In other Yankees news, ESPN’s Jeff Passan had some harsh criticism for New York’s acquisition of third baseman Josh Donaldson. Donaldson was acquired by the Yankees prior to the 2022 season from the Twins in exchange for Gary Sanchez and Gio Urshela. Passan referred to the trade to acquire Donaldson as “terrible” and that Donaldson’s relationship with the Twins organization should’ve drawn some red flags.
“That was bad from the jump,” Passan told Michael Kay on the Michael Kay Show. “I think the Donaldson trade was bad from the start because the Yankees knew just how poorly he was getting along with people in Minnesota. There was some toxicity going on there. I don’t think you can look at the Donaldson trade in any positive way.”
This has been uncharted territory for Yankees fans, and it’s unfortunately produced opinions like this one on social media.
Even the rich aren’t excused from paying taxes.
There is no question that the Yankees have had it tough this year; losing Aaron Judge for weeks because of Dodger Stadium’s outfield wall, Luis Severino’s collapse, and the countless batting averages that sit under .250 are all situations that have put the Yankees in quite a rut.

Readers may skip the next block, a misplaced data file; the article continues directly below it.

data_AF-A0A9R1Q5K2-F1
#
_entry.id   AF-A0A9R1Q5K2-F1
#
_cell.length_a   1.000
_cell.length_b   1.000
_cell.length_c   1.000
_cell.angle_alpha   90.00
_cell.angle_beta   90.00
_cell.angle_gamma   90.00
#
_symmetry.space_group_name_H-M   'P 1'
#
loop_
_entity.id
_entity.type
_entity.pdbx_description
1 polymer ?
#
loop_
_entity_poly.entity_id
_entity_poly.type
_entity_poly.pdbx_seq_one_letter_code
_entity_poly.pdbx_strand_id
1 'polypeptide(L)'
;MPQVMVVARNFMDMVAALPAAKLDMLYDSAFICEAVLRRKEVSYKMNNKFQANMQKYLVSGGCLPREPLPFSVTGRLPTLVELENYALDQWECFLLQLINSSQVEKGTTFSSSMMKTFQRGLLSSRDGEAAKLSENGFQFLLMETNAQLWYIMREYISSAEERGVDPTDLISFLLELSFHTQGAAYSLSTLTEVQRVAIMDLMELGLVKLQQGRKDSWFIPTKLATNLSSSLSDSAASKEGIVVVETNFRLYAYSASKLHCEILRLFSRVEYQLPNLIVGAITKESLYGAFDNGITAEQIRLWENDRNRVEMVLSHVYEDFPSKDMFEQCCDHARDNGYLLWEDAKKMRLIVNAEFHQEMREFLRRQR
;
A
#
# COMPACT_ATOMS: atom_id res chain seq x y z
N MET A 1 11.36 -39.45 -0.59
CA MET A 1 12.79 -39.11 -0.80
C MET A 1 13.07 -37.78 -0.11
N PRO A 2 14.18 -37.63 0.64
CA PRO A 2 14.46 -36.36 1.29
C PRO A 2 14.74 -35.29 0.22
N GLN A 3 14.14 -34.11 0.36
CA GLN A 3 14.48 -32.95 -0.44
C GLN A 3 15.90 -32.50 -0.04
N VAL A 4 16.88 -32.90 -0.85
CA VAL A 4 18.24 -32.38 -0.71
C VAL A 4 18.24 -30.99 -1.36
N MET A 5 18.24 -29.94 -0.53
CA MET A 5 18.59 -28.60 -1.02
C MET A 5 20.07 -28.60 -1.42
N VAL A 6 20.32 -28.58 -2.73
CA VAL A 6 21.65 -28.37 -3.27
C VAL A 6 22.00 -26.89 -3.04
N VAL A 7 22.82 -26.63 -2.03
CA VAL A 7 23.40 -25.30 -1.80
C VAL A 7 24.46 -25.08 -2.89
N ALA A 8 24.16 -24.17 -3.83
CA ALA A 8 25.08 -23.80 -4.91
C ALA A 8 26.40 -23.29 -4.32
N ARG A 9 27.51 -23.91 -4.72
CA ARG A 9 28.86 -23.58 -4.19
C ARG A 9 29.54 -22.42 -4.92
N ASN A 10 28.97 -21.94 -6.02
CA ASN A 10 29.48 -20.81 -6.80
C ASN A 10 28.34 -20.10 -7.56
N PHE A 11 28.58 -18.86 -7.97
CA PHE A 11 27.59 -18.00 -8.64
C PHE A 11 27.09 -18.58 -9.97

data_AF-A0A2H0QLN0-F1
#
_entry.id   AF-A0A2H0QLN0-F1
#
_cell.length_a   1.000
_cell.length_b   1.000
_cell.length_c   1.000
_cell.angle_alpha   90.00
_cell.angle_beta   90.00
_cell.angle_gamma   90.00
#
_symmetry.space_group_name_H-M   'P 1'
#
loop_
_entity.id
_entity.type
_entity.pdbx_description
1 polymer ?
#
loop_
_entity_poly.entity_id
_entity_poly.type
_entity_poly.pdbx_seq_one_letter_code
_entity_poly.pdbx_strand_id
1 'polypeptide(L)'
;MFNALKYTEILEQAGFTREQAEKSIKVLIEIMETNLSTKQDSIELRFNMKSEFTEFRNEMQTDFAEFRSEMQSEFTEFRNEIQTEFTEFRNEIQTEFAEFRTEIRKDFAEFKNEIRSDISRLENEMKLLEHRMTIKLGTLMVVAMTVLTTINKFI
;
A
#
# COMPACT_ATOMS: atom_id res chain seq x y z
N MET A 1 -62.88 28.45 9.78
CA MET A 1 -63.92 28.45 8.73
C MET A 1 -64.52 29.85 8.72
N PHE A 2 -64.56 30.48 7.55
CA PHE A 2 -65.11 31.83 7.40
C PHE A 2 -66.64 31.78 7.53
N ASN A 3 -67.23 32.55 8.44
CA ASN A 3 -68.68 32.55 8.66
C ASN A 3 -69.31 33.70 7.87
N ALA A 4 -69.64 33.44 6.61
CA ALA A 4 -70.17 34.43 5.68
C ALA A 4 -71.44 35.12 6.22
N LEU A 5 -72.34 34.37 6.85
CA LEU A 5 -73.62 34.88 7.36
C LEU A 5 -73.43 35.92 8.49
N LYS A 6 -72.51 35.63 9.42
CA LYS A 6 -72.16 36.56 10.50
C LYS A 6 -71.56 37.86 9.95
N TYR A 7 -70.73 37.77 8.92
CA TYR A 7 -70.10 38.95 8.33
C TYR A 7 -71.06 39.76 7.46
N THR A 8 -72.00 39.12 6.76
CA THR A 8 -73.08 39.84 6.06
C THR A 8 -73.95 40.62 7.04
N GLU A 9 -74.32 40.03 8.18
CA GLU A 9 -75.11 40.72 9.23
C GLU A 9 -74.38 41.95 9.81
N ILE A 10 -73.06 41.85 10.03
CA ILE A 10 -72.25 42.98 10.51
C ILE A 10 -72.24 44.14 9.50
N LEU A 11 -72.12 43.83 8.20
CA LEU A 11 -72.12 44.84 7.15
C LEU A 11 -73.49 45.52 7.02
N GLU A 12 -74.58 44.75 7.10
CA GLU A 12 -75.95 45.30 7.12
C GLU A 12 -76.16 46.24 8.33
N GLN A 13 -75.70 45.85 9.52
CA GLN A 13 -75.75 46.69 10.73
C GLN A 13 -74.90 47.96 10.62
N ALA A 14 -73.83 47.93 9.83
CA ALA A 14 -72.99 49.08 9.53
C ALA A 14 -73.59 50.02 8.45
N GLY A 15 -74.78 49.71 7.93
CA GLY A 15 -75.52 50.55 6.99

But this is a take that, despite being predicated on this season only and the expectations that came with it, is as entitled as they come. Ask the Angels, who finally had postseason aspirations past the month of May, but lost Mike Trout to a hand injury for weeks and failed to take a step forward after finally adding at the trade deadline. How about the Cardinals? Last place in a middling National League Central…their fans haven’t suffered any? The Mets and Padres have star-studded rosters – do you think their fans are OK with how things are going? Ask the Rays who, despite hanging on to a playoff spot, have four stud pitchers dealing with elbow injuries and a future face of their franchise on his way out of the MLB. Oakland is about to have their franchise plucked from their city.
Just because your team dons the pinstripes and shaved faces doesn’t excuse you from failure every once in a while. This fanbase is upset just because they only saw the Yankees for what they were on paper. A rotation riddled with injuries over the past several years, an offence reliant on Aaron Judge, and a payroll tied up in underperforming veterans – the offseason hype blinded Yankees fans from the potential of this type of season.
The White Sox make changes at the top
As of earlier this week, there are now open positions in the Chicago White Sox front office.
Longtime White Sox owner Jerry Reinsdorf decided to relieve GM Rick Hahn and VP Kenny Williams of their duties on Tuesday amidst a disgusting couple of seasons of White Sox baseball. Chicago is currently 50-78, 16 games out of the AL Central lead, and a run differential of -125. Hahn and Williams had been together since 2002, with that time span including a World Series championship in 2005.